As the first game of the National Healthcare Series unfolded, attention focused on a local angle -- how a local player would perform under pressure, especially if events placed him in an important position at a crucial time. This Pittsburgh-area congressman had not yet proven himself; even among fans, few knew much about him, and what was known generated questions concerning his motivations, his background, his reliability, his heart.
The stakes were high enough that teammates and fans disregarded the sketchy parts of his record and assumed he would come through when it counted. Suspense built as events moved toward a gripping late-night crucible, and it became apparent that his performance could determine victory or defeat.
And then he proved himself with the right vote at the right time (just before midnight). Stilling fears about his awkward background, his uncertain leanings, his creepy pals (some of whom he bunks with -- literally), he provided an invaluable vote for healthcare reform.
Never again doubt Mike Doyle (left) in the clutch.
Another local Democrat, however, has some 'splainin' to do. He dithered. He contributed nothing substantive to debate. He consumed the time, effort and spirits of Democrats for months. Yesterday, he voted for a nasty, overreaching amendment that pandered to anti-abortion absolutists -- but even that did not break his supporters, who were willing to see it as a distasteful but practical ('one step back, two steps forward') tactic.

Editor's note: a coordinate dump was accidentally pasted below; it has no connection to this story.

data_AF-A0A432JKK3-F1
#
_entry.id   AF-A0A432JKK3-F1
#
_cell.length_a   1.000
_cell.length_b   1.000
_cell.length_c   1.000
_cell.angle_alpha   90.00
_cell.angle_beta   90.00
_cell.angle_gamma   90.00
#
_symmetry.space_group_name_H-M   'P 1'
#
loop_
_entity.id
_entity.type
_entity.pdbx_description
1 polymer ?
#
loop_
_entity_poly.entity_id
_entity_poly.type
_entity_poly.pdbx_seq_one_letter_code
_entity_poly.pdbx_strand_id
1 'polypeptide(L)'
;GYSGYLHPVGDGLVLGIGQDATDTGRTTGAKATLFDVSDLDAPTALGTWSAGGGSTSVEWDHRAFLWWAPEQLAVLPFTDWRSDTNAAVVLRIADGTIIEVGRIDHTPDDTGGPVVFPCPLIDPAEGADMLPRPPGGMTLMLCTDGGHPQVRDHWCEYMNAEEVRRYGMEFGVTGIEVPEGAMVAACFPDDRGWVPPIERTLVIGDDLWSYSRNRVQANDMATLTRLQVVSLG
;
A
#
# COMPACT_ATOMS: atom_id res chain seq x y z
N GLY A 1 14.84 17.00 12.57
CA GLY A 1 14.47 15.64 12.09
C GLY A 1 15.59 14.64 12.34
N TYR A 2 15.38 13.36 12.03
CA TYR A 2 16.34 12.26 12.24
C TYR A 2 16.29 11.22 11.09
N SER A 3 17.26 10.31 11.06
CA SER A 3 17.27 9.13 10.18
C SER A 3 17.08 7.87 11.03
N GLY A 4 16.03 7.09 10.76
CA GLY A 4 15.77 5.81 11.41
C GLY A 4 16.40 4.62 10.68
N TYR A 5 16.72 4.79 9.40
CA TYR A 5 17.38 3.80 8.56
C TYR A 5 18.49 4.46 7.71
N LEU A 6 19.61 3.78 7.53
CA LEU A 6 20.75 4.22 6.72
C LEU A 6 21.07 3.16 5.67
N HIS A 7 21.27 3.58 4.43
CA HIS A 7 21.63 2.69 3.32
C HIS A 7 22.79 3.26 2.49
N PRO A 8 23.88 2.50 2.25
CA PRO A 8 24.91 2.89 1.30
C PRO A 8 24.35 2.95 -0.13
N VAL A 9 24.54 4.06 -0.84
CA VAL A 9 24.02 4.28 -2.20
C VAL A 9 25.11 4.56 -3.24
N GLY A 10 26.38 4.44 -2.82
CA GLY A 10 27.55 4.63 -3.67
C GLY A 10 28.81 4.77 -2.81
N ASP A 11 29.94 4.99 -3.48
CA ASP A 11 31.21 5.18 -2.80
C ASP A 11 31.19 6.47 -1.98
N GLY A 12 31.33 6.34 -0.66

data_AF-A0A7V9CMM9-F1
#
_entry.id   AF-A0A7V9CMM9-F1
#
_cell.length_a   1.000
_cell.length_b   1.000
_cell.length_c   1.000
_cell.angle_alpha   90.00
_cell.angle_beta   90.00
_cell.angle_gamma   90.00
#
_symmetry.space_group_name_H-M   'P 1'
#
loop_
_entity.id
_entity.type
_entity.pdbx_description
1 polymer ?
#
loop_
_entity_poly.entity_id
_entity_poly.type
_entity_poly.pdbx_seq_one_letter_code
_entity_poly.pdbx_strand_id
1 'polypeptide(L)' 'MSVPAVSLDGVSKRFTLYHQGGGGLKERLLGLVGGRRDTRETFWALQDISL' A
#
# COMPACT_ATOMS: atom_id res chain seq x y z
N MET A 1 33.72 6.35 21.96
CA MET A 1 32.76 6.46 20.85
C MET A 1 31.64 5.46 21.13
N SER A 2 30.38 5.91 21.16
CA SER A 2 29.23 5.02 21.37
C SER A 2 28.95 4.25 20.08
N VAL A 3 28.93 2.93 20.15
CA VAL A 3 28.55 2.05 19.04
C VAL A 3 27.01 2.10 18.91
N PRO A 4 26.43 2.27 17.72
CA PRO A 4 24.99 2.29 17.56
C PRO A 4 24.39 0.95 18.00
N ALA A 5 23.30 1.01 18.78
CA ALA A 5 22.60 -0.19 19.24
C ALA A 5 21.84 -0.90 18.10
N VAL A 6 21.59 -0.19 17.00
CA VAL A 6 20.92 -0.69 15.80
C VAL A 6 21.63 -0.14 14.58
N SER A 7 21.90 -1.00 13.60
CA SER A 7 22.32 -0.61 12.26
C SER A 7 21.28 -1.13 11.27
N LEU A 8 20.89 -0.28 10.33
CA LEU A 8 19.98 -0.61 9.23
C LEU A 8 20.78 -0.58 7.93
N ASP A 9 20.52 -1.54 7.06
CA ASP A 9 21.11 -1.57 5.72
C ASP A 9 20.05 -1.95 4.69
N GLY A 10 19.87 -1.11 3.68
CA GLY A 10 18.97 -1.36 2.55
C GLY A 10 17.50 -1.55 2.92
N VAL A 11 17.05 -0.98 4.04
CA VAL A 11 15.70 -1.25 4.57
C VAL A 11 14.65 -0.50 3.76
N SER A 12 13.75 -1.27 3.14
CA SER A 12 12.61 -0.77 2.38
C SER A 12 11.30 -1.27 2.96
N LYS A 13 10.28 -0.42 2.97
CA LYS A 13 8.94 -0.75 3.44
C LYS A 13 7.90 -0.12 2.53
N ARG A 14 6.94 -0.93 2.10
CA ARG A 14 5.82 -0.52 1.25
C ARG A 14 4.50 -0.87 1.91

And then, at the defining moment of his term as a member of Congress, Jason Altmire (right) inexplicably stood with Michele Bachmann, Joe Wilson, Steve King and Mike Pence, and voted against healthcare reform.
If a credible, persuasive explanation of Rep. Altmire's conduct exists, he should provide it promptly. His constituents deserve it and his legislative career appears to depend on it.
UPDATE: Rep. Altmire has issued an explanation, albeit one neither credible nor persuasive. (Whom are these collegues he expects to be "working with," now that the Democratic infantry has moved on without him? And what sequence of events toward a better bill could have been promoted by his "no" vote? Did he ask anyone to read this gibberish before he posted it?) Given the press of events and the likelihood he was shortstaffed on the weekend, Rep. Altmire should be given until the close of business on Monday to extend and revise these remarks, ideally working toward the "credible and persuasive" standard.